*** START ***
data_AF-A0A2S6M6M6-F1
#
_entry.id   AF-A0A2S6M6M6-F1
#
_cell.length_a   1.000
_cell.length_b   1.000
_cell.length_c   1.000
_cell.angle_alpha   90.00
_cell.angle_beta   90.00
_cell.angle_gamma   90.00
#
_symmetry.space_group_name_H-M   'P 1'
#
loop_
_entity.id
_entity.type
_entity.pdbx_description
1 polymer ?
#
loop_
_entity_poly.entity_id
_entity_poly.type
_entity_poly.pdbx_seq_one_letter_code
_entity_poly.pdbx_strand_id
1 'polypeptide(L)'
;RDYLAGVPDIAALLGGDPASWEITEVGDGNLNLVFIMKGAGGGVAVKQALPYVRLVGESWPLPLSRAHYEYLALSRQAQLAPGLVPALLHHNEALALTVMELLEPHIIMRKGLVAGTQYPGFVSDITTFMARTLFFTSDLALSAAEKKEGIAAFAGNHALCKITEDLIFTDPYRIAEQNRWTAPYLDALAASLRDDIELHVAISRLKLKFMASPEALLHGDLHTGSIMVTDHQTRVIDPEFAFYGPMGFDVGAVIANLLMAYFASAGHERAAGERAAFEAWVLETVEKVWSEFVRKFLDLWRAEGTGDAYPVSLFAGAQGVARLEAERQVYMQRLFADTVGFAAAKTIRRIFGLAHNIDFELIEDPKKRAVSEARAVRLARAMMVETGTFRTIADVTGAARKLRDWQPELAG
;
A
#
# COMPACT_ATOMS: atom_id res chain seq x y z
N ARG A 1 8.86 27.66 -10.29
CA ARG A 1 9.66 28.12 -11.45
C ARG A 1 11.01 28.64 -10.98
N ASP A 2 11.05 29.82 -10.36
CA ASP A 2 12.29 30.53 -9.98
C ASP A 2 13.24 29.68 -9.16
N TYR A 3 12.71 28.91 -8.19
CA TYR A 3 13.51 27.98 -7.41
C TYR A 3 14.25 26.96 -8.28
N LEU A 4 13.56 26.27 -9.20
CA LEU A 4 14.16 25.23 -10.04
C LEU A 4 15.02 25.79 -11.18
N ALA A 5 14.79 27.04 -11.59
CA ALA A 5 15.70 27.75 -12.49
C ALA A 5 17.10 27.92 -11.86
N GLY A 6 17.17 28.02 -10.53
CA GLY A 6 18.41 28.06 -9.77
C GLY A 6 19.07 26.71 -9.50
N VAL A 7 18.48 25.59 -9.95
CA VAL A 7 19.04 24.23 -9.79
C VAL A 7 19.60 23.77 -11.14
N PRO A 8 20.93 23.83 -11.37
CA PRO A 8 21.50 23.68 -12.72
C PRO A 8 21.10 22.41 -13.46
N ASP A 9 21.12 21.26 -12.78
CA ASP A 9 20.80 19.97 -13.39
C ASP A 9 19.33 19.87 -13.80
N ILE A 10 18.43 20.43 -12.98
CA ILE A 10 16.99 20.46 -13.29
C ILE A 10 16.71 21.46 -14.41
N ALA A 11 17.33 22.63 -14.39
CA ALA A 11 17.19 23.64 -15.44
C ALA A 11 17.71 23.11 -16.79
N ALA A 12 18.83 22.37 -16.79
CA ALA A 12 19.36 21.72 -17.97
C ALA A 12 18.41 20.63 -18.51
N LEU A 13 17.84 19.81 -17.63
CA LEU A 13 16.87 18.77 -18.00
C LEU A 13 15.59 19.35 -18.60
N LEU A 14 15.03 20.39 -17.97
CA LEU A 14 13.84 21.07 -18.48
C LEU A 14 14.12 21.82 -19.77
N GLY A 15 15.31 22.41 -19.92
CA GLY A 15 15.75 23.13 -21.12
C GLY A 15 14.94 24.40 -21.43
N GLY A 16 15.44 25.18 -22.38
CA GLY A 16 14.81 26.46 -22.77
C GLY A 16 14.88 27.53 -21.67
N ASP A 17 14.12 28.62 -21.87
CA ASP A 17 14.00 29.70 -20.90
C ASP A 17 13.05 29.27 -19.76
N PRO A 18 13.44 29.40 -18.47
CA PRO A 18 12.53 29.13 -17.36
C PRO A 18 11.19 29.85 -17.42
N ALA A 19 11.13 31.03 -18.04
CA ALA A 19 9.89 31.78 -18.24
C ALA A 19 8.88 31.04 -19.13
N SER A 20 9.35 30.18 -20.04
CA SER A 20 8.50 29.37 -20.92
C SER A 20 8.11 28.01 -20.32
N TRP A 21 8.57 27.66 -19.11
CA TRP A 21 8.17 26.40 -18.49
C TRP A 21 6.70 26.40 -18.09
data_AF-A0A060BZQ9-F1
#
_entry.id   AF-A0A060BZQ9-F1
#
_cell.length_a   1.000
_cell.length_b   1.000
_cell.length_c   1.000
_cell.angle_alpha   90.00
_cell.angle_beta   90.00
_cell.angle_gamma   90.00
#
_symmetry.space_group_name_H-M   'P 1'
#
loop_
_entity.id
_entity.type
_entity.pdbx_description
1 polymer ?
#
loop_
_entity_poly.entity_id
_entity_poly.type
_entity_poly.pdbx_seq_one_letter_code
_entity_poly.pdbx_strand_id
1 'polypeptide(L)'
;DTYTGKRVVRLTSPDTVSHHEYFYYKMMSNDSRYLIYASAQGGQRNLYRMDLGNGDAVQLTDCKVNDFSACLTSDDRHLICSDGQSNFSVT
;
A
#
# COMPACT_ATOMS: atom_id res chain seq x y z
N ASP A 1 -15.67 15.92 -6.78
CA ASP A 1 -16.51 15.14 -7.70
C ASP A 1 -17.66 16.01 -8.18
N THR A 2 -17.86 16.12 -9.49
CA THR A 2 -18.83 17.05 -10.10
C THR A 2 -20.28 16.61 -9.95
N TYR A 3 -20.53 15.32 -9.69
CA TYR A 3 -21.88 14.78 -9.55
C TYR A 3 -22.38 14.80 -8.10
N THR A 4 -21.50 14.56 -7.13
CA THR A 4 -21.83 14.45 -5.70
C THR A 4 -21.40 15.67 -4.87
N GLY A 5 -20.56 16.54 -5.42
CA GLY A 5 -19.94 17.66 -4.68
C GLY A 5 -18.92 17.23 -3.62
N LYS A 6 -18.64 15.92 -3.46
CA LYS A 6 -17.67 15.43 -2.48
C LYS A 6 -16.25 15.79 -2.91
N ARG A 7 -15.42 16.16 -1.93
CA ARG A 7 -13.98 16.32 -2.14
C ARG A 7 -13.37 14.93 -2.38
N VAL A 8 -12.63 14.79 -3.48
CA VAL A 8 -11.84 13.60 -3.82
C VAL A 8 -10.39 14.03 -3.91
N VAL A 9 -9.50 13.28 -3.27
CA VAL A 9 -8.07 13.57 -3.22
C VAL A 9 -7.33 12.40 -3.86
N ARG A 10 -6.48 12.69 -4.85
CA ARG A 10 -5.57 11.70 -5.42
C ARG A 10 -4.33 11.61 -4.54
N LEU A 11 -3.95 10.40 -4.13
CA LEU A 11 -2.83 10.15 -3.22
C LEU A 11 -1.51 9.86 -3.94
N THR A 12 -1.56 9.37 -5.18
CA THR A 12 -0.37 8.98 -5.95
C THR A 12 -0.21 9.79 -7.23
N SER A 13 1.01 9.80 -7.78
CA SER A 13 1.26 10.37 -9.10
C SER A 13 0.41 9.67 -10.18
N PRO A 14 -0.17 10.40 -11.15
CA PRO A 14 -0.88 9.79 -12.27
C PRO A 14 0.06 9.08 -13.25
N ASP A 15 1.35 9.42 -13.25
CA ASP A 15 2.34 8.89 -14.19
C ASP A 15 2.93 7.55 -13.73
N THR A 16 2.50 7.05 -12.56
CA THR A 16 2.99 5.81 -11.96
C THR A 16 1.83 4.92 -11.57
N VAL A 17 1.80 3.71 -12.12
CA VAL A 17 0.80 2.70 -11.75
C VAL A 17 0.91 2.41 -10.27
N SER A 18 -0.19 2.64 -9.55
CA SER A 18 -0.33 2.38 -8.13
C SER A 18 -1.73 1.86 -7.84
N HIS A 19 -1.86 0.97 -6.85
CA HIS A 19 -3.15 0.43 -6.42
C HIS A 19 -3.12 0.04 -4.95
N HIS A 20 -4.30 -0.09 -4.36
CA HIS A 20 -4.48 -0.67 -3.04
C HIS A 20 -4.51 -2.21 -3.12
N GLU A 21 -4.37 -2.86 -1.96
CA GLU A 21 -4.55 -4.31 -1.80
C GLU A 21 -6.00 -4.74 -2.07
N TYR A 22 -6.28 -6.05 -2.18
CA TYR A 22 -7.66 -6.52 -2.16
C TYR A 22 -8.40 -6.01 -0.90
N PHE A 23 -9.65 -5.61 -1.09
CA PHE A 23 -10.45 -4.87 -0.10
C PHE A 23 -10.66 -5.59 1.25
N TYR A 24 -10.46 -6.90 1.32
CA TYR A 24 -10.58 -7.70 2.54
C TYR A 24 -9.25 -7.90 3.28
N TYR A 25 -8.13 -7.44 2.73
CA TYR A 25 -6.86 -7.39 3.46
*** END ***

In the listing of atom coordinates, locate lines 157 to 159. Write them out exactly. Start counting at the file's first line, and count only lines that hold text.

N THR A 12 -1.56 9.37 -5.18
CA THR A 12 -0.37 8.98 -5.95
C THR A 12 -0.21 9.79 -7.23